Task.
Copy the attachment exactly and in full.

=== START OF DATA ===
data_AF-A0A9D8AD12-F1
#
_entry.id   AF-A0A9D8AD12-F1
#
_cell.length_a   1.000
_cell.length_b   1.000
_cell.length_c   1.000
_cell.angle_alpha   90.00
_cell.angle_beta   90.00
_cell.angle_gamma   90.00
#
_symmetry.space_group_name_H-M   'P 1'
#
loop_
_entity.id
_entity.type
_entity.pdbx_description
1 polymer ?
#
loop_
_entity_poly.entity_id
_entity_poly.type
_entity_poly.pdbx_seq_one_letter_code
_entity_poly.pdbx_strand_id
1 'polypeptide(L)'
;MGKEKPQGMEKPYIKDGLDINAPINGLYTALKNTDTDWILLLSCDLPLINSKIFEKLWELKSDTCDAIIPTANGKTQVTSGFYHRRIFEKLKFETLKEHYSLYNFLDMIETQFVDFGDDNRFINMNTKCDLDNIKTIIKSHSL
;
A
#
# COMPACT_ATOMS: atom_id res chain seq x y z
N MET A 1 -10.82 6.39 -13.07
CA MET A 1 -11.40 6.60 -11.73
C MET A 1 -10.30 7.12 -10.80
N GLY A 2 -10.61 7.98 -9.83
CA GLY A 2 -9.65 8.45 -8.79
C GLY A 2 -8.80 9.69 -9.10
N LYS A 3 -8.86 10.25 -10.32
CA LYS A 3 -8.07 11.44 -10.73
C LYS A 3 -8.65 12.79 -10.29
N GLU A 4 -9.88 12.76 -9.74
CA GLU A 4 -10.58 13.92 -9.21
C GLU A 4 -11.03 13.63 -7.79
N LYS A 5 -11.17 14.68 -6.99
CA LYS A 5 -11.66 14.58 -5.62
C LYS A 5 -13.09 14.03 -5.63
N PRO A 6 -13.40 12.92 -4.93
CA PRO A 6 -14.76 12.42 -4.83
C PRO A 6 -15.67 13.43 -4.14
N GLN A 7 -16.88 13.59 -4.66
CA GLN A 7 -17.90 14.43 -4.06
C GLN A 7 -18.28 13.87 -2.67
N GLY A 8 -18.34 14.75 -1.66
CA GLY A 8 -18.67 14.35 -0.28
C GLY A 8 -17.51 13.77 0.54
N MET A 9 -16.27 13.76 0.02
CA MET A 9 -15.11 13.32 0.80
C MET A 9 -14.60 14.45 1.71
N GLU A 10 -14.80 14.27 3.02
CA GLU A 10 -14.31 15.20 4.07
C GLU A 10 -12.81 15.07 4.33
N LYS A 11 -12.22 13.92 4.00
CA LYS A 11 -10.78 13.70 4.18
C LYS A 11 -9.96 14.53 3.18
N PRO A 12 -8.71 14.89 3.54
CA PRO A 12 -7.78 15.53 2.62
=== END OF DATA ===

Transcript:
data_AF-A0A9D8AD12-F1
#
_entry.id   AF-A0A9D8AD12-F1
#
_cell.length_a   1.000
_cell.length_b   1.000
_cell.length_c   1.000
_cell.angle_alpha   90.00
_cell.angle_beta   90.00
_cell.angle_gamma   90.00
#
_symmetry.space_group_name_H-M   'P 1'
#
loop_
_entity.id
_entity.type
_entity.pdbx_description
1 polymer ?
#
loop_
_entity_poly.entity_id
_entity_poly.type
_entity_poly.pdbx_seq_one_letter_code
_entity_poly.pdbx_strand_id
1 'polypeptide(L)'
;MGKEKPQGMEKPYIKDGLDINAPINGLYTALKNTDTDWILLLSCDLPLINSKIFEKLWELKSDTCDAIIPTANGKTQVTSGFYHRRIFEKLKFETLKEHYSLYNFLDMIETQFVDFGDDNRFINMNTKCDLDNIKTIIKSHSL
;
A
#
# COMPACT_ATOMS: atom_id res chain seq x y z
N MET A 1 -10.82 6.39 -13.07
CA MET A 1 -11.40 6.60 -11.73
C MET A 1 -10.30 7.12 -10.80
N GLY A 2 -10.61 7.98 -9.83
CA GLY A 2 -9.65 8.45 -8.79
C GLY A 2 -8.80 9.69 -9.10
N LYS A 3 -8.86 10.25 -10.32
CA LYS A 3 -8.07 11.44 -10.73
C LYS A 3 -8.65 12.79 -10.29
N GLU A 4 -9.88 12.76 -9.74
CA GLU A 4 -10.58 13.92 -9.21
C GLU A 4 -11.03 13.63 -7.79
N LYS A 5 -11.17 14.68 -6.99
CA LYS A 5 -11.66 14.58 -5.62
C LYS A 5 -13.09 14.03 -5.63
N PRO A 6 -13.40 12.92 -4.93
CA PRO A 6 -14.76 12.42 -4.83
C PRO A 6 -15.67 13.43 -4.14
N GLN A 7 -16.88 13.59 -4.66
CA GLN A 7 -17.90 14.43 -4.06
C GLN A 7 -18.28 13.87 -2.67
N GLY A 8 -18.34 14.75 -1.66
CA GLY A 8 -18.67 14.35 -0.28
C GLY A 8 -17.51 13.77 0.54
N MET A 9 -16.27 13.76 0.02
CA MET A 9 -15.11 13.32 0.80
C MET A 9 -14.60 14.45 1.71
N GLU A 10 -14.80 14.27 3.02
CA GLU A 10 -14.31 15.20 4.07
C GLU A 10 -12.81 15.07 4.33
N LYS A 11 -12.22 13.92 4.00
CA LYS A 11 -10.78 13.70 4.18
C LYS A 11 -9.96 14.53 3.18
N PRO A 12 -8.71 14.89 3.54
CA PRO A 12 -7.78 15.53 2.62